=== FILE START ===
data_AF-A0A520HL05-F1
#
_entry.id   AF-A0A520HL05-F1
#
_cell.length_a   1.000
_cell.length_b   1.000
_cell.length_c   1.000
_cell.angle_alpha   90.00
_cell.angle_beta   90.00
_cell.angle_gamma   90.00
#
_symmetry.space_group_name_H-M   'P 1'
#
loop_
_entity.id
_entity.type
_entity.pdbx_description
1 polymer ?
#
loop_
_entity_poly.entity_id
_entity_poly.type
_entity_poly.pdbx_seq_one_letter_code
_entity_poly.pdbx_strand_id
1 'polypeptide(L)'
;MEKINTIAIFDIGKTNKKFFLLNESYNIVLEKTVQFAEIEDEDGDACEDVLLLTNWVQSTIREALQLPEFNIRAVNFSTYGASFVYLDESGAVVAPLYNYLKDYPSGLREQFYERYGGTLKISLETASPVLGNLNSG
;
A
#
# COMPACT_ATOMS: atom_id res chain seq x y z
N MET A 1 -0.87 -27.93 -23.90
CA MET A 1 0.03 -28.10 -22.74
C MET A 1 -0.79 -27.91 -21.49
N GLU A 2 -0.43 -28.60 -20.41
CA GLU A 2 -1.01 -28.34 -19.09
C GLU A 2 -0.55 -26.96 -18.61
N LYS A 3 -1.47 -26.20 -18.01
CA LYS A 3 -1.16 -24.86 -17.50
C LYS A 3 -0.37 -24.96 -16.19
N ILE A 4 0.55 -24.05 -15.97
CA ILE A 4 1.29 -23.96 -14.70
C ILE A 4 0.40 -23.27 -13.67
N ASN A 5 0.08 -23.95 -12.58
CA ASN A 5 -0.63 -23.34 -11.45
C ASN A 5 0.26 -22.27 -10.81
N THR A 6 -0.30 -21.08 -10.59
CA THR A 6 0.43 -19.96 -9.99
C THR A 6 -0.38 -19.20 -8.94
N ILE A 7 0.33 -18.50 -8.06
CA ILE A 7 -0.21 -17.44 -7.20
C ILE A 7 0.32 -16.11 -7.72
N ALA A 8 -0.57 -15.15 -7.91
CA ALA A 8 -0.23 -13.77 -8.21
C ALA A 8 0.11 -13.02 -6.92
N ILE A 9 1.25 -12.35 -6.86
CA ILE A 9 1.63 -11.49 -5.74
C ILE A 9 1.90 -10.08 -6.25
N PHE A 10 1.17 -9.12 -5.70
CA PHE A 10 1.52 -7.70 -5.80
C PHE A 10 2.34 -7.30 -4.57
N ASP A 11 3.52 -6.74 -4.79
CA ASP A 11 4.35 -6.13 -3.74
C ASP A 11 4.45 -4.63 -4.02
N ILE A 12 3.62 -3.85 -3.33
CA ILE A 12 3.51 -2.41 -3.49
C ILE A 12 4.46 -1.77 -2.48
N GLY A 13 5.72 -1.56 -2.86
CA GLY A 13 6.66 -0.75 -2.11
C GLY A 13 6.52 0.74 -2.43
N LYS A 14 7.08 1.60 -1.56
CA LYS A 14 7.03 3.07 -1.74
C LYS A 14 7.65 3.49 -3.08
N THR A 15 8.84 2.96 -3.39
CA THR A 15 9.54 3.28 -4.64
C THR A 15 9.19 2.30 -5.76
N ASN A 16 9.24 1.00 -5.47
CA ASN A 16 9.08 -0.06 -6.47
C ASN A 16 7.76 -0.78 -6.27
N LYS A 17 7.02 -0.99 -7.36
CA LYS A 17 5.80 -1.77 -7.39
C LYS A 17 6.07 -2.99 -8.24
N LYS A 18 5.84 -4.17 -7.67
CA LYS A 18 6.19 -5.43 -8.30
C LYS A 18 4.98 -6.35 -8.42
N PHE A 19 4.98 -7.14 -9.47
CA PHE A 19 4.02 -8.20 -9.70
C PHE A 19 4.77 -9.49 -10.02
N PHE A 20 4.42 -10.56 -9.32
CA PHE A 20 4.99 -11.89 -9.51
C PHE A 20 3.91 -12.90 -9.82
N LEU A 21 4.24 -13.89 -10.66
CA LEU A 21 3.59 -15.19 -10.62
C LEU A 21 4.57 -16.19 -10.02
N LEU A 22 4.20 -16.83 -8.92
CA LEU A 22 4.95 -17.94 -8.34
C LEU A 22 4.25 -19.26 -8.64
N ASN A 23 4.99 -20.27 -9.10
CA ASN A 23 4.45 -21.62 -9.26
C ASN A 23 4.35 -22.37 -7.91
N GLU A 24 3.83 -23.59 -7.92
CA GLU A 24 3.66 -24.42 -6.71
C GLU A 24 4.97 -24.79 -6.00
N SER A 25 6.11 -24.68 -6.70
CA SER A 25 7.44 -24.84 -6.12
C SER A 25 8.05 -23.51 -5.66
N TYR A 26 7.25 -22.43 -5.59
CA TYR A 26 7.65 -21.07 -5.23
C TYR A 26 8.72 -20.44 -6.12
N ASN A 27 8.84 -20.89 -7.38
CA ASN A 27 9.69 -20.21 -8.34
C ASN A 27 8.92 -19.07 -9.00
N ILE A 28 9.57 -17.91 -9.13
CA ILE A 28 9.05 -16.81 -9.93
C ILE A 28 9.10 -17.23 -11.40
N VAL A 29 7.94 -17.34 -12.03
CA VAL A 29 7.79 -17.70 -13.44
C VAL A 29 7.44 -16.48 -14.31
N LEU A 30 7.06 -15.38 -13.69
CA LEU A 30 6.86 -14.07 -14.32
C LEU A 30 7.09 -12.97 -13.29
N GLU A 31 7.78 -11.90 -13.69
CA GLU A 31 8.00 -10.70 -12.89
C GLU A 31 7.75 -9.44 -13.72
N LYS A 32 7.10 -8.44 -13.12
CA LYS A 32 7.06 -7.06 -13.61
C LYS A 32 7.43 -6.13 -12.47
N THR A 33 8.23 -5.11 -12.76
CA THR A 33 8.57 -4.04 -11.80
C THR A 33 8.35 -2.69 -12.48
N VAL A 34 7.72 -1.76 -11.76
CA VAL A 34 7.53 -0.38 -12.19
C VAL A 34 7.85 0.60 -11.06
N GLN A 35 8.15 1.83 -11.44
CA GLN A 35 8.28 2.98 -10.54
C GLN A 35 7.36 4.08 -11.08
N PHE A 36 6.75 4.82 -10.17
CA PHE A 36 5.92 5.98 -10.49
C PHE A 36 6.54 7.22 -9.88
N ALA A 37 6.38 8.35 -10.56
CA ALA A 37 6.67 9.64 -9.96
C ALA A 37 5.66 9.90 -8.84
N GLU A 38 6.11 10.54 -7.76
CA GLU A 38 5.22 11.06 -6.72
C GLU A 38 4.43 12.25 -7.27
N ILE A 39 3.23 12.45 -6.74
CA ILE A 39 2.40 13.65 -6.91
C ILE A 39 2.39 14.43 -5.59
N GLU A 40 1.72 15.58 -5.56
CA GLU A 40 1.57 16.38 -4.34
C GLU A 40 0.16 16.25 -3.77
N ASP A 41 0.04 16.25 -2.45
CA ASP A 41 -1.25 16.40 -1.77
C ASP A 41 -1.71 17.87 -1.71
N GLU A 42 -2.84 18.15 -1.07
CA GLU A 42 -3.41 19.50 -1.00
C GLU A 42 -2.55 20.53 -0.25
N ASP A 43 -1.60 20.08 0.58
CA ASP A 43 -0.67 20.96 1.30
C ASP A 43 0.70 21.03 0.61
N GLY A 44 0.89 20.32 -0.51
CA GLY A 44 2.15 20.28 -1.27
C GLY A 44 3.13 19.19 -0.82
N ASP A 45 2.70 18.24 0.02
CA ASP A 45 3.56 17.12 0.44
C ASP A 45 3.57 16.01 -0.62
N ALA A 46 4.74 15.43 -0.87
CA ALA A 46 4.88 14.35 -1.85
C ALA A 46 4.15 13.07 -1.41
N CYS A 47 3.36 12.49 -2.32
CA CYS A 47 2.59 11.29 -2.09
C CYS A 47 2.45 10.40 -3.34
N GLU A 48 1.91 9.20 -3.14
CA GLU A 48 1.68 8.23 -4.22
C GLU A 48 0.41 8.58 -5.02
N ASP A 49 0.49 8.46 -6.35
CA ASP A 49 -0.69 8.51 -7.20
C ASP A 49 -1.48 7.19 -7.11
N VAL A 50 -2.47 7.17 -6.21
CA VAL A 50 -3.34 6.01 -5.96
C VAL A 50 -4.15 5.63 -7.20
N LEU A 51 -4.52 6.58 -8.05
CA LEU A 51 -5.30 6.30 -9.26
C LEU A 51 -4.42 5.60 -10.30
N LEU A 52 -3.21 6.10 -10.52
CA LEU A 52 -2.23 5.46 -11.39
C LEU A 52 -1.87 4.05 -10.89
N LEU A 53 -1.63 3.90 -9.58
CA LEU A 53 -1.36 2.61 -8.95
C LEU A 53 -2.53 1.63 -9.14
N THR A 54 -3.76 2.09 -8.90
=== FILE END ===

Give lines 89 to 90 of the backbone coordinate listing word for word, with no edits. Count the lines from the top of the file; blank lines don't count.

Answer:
CA PHE A 20 4.99 -11.89 -9.51
C PHE A 20 3.91 -12.90 -9.82